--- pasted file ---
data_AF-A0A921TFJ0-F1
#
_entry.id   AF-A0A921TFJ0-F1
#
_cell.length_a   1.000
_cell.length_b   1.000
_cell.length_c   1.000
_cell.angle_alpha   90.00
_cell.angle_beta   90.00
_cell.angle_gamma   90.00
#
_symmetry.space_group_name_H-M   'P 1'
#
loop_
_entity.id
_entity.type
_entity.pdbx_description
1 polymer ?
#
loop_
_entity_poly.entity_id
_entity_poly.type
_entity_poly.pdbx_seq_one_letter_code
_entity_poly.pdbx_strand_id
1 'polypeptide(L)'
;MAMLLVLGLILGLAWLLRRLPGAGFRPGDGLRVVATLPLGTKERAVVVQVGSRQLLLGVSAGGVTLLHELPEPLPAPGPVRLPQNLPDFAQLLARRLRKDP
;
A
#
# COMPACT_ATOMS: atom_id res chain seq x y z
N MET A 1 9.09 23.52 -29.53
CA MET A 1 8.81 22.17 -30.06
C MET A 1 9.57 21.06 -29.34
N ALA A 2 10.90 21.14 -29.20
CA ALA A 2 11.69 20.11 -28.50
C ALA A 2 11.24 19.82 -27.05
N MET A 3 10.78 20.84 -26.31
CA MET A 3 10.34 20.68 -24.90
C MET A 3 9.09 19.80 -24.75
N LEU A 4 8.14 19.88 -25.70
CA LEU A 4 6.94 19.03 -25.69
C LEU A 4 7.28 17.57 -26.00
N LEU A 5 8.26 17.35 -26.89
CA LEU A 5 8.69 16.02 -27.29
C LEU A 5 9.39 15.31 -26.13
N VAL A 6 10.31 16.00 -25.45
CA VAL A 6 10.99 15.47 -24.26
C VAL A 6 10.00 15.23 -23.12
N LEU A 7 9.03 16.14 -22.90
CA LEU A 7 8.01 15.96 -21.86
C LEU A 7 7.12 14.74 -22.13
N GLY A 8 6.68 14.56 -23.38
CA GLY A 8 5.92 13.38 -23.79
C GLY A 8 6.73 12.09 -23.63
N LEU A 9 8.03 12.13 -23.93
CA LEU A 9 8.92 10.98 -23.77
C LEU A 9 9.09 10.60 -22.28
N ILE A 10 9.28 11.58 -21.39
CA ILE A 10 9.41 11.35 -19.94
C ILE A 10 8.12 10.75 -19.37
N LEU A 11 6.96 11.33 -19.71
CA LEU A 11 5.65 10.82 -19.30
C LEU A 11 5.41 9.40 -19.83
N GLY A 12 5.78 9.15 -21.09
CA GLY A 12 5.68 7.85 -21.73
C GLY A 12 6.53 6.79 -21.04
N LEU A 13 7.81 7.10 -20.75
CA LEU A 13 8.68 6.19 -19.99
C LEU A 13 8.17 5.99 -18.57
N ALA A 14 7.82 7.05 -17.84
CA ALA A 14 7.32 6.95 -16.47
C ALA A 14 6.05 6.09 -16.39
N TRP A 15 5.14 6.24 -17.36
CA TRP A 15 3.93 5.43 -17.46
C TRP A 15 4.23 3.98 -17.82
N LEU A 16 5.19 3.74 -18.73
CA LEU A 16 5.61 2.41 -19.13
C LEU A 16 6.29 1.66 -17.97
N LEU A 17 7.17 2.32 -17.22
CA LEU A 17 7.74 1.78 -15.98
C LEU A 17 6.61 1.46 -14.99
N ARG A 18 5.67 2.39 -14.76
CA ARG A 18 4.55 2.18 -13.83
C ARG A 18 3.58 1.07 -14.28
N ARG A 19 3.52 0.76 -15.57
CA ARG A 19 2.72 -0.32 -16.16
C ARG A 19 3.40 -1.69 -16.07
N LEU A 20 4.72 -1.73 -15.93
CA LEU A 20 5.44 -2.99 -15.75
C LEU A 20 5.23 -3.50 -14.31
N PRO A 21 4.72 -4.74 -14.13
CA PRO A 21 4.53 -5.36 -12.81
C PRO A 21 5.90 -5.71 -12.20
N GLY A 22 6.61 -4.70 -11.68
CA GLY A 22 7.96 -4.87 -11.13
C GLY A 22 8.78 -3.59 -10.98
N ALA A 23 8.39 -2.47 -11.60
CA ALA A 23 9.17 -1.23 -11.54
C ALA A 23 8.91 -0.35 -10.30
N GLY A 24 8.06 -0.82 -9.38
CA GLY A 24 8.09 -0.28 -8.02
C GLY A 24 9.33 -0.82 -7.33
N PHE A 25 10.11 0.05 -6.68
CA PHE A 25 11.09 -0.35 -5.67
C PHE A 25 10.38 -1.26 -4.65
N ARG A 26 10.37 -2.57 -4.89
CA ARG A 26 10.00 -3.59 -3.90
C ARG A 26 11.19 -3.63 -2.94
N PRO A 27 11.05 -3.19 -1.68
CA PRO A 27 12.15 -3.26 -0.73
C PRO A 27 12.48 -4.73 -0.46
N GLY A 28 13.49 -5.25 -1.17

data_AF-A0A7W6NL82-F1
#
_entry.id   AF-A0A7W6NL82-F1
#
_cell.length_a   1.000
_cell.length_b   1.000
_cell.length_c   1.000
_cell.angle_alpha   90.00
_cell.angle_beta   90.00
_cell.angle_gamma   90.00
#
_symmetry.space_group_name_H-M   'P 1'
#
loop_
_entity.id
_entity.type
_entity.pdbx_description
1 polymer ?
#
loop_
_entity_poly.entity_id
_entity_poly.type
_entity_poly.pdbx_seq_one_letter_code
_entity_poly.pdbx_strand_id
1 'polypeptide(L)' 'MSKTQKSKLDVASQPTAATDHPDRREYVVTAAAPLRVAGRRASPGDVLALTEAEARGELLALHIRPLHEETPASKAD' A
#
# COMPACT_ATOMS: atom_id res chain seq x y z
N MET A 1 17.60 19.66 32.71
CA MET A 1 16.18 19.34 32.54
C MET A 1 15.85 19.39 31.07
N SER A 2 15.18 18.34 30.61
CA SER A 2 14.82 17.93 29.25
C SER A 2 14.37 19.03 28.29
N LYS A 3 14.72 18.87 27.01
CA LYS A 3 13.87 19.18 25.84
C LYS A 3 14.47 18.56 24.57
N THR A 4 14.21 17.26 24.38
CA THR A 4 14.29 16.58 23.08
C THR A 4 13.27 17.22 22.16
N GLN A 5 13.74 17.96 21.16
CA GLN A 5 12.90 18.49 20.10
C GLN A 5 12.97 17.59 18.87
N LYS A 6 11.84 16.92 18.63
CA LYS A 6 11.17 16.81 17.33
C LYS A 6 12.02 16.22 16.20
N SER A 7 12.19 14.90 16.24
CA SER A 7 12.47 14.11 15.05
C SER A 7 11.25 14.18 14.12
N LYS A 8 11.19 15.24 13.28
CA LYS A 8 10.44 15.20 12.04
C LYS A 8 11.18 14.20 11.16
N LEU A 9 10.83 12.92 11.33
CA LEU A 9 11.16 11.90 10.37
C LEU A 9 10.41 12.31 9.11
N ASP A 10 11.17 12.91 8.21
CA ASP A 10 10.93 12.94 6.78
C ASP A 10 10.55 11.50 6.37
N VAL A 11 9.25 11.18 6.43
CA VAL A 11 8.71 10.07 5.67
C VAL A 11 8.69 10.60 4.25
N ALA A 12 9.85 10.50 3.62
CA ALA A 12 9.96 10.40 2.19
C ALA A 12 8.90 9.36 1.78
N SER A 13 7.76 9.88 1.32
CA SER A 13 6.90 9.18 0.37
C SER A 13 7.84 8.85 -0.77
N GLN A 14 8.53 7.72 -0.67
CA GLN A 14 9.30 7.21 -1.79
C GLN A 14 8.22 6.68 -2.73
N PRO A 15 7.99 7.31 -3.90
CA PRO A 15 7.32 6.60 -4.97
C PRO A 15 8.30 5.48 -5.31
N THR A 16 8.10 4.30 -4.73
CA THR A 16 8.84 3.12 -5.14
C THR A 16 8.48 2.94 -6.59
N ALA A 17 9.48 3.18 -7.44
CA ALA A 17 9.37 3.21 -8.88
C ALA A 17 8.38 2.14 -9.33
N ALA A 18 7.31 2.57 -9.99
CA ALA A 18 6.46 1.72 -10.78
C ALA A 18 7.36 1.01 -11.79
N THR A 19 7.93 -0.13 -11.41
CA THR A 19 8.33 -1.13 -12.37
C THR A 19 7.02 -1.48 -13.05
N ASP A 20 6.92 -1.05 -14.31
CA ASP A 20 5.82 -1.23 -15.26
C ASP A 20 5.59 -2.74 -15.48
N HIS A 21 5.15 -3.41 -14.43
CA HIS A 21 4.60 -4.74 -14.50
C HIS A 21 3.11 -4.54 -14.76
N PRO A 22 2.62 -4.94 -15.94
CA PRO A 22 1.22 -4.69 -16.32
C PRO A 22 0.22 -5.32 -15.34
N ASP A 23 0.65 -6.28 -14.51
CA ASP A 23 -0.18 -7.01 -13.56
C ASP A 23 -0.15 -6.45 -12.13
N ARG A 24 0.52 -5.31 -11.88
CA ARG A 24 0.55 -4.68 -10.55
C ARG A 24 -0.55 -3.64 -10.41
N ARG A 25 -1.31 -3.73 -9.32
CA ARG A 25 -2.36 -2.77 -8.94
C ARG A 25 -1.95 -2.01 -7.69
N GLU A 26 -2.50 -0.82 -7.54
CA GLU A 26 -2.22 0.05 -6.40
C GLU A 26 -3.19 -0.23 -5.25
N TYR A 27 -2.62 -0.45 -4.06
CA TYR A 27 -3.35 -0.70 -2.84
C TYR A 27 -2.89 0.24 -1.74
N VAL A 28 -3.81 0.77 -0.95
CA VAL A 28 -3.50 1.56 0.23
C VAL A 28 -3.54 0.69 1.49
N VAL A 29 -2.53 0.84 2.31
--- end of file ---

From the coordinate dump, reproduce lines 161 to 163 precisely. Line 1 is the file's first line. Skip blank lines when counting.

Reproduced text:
N LYS A 8 11.19 15.24 13.28
CA LYS A 8 10.44 15.20 12.04
C LYS A 8 11.18 14.20 11.16